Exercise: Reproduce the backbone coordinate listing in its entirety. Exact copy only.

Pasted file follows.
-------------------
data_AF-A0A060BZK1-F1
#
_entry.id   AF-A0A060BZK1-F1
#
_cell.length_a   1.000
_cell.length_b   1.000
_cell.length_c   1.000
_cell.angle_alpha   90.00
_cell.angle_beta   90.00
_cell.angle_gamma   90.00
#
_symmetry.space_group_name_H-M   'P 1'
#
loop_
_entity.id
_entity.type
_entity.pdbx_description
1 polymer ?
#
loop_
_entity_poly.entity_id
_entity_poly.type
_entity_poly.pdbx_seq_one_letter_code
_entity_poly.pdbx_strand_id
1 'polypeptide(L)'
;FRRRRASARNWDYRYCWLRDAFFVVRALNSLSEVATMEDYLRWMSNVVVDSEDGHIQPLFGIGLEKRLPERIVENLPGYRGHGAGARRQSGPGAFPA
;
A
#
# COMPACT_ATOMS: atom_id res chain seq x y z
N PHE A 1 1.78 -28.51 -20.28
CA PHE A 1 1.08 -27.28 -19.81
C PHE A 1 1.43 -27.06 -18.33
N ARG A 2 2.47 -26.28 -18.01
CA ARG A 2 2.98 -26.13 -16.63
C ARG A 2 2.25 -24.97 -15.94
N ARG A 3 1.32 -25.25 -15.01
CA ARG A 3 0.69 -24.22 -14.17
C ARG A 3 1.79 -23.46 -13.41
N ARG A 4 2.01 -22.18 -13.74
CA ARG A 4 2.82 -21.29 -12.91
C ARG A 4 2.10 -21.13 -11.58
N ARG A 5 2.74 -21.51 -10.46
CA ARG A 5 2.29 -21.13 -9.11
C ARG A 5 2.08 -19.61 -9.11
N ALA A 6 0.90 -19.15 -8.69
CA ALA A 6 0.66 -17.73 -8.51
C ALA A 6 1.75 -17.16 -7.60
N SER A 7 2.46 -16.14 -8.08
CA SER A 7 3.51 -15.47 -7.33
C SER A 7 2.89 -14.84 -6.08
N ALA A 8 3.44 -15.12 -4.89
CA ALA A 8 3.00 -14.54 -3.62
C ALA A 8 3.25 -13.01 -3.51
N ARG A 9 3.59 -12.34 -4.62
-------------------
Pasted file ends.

data_AF-A0A060BZK1-F1
#
_entry.id   AF-A0A060BZK1-F1
#
_cell.length_a   1.000
_cell.length_b   1.000
_cell.length_c   1.000
_cell.angle_alpha   90.00
_cell.angle_beta   90.00
_cell.angle_gamma   90.00
#
_symmetry.space_group_name_H-M   'P 1'
#
loop_
_entity.id
_entity.type
_entity.pdbx_description
1 polymer ?
#
loop_
_entity_poly.entity_id
_entity_poly.type
_entity_poly.pdbx_seq_one_letter_code
_entity_poly.pdbx_strand_id
1 'polypeptide(L)'
;FRRRRASARNWDYRYCWLRDAFFVVRALNSLSEVATMEDYLRWMSNVVVDSEDGHIQPLFGIGLEKRLPERIVENLPGYRGHGAGARRQSGPGAFPA
;
A
#
# COMPACT_ATOMS: atom_id res chain seq x y z
N PHE A 1 1.78 -28.51 -20.28
CA PHE A 1 1.08 -27.28 -19.81
C PHE A 1 1.43 -27.06 -18.33
N ARG A 2 2.47 -26.28 -18.01
CA ARG A 2 2.98 -26.13 -16.63
C ARG A 2 2.25 -24.97 -15.94
N ARG A 3 1.32 -25.25 -15.01
CA ARG A 3 0.69 -24.22 -14.17
C ARG A 3 1.79 -23.46 -13.41
N ARG A 4 2.01 -22.18 -13.74
CA ARG A 4 2.82 -21.29 -12.91
C ARG A 4 2.10 -21.13 -11.58
N ARG A 5 2.74 -21.51 -10.46
CA ARG A 5 2.29 -21.13 -9.11
C ARG A 5 2.08 -19.61 -9.11
N ALA A 6 0.90 -19.15 -8.69
CA ALA A 6 0.66 -17.73 -8.51
C ALA A 6 1.75 -17.16 -7.60
N SER A 7 2.46 -16.14 -8.08
CA SER A 7 3.51 -15.47 -7.33
C SER A 7 2.89 -14.84 -6.08
N ALA A 8 3.44 -15.12 -4.89
CA ALA A 8 3.00 -14.54 -3.62
C ALA A 8 3.25 -13.01 -3.51
N ARG A 9 3.59 -12.34 -4.62